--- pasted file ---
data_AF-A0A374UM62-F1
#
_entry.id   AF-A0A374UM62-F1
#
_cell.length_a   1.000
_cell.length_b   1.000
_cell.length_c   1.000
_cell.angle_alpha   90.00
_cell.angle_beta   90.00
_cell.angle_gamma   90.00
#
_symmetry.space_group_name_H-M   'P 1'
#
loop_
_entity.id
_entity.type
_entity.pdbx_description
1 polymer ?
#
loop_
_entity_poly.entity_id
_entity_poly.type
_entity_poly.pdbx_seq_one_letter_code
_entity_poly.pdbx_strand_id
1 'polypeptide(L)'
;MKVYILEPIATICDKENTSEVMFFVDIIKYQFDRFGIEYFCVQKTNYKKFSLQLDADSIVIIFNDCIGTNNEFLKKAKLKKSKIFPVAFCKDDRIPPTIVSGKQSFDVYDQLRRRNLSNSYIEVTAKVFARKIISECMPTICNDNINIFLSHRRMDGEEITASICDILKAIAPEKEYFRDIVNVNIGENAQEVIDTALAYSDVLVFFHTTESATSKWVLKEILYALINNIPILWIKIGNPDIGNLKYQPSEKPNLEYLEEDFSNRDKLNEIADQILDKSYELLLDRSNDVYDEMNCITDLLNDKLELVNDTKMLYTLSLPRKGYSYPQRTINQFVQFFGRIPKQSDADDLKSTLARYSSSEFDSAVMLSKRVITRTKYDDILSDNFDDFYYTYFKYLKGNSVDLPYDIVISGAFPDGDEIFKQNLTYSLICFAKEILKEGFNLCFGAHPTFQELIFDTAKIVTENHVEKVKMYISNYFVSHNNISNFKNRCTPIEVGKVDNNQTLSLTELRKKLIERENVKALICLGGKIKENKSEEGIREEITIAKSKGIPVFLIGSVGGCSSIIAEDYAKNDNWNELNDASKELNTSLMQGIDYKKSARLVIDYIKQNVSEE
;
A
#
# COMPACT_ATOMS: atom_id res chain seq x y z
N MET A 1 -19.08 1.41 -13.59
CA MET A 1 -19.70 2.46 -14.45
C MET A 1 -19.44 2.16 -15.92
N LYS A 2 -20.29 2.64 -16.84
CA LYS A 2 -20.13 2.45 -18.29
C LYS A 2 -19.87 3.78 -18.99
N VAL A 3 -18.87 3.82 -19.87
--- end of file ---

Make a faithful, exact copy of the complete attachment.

data_AF-A0A374UM62-F1
#
_entry.id   AF-A0A374UM62-F1
#
_cell.length_a   1.000
_cell.length_b   1.000
_cell.length_c   1.000
_cell.angle_alpha   90.00
_cell.angle_beta   90.00
_cell.angle_gamma   90.00
#
_symmetry.space_group_name_H-M   'P 1'
#
loop_
_entity.id
_entity.type
_entity.pdbx_description
1 polymer ?
#
loop_
_entity_poly.entity_id
_entity_poly.type
_entity_poly.pdbx_seq_one_letter_code
_entity_poly.pdbx_strand_id
1 'polypeptide(L)'
;MKVYILEPIATICDKENTSEVMFFVDIIKYQFDRFGIEYFCVQKTNYKKFSLQLDADSIVIIFNDCIGTNNEFLKKAKLKKSKIFPVAFCKDDRIPPTIVSGKQSFDVYDQLRRRNLSNSYIEVTAKVFARKIISECMPTICNDNINIFLSHRRMDGEEITASICDILKAIAPEKEYFRDIVNVNIGENAQEVIDTALAYSDVLVFFHTTESATSKWVLKEILYALINNIPILWIKIGNPDIGNLKYQPSEKPNLEYLEEDFSNRDKLNEIADQILDKSYELLLDRSNDVYDEMNCITDLLNDKLELVNDTKMLYTLSLPRKGYSYPQRTINQFVQFFGRIPKQSDADDLKSTLARYSSSEFDSAVMLSKRVITRTKYDDILSDNFDDFYYTYFKYLKGNSVDLPYDIVISGAFPDGDEIFKQNLTYSLICFAKEILKEGFNLCFGAHPTFQELIFDTAKIVTENHVEKVKMYISNYFVSHNNISNFKNRCTPIEVGKVDNNQTLSLTELRKKLIERENVKALICLGGKIKENKSEEGIREEITIAKSKGIPVFLIGSVGGCSSIIAEDYAKNDNWNELNDASKELNTSLMQGIDYKKSARLVIDYIKQNVSEE
;
A
#
# COMPACT_ATOMS: atom_id res chain seq x y z
N MET A 1 -19.08 1.41 -13.59
CA MET A 1 -19.70 2.46 -14.45
C MET A 1 -19.44 2.16 -15.92
N LYS A 2 -20.29 2.64 -16.84
CA LYS A 2 -20.13 2.45 -18.29
C LYS A 2 -19.87 3.78 -18.99
N VAL A 3 -18.87 3.82 -19.87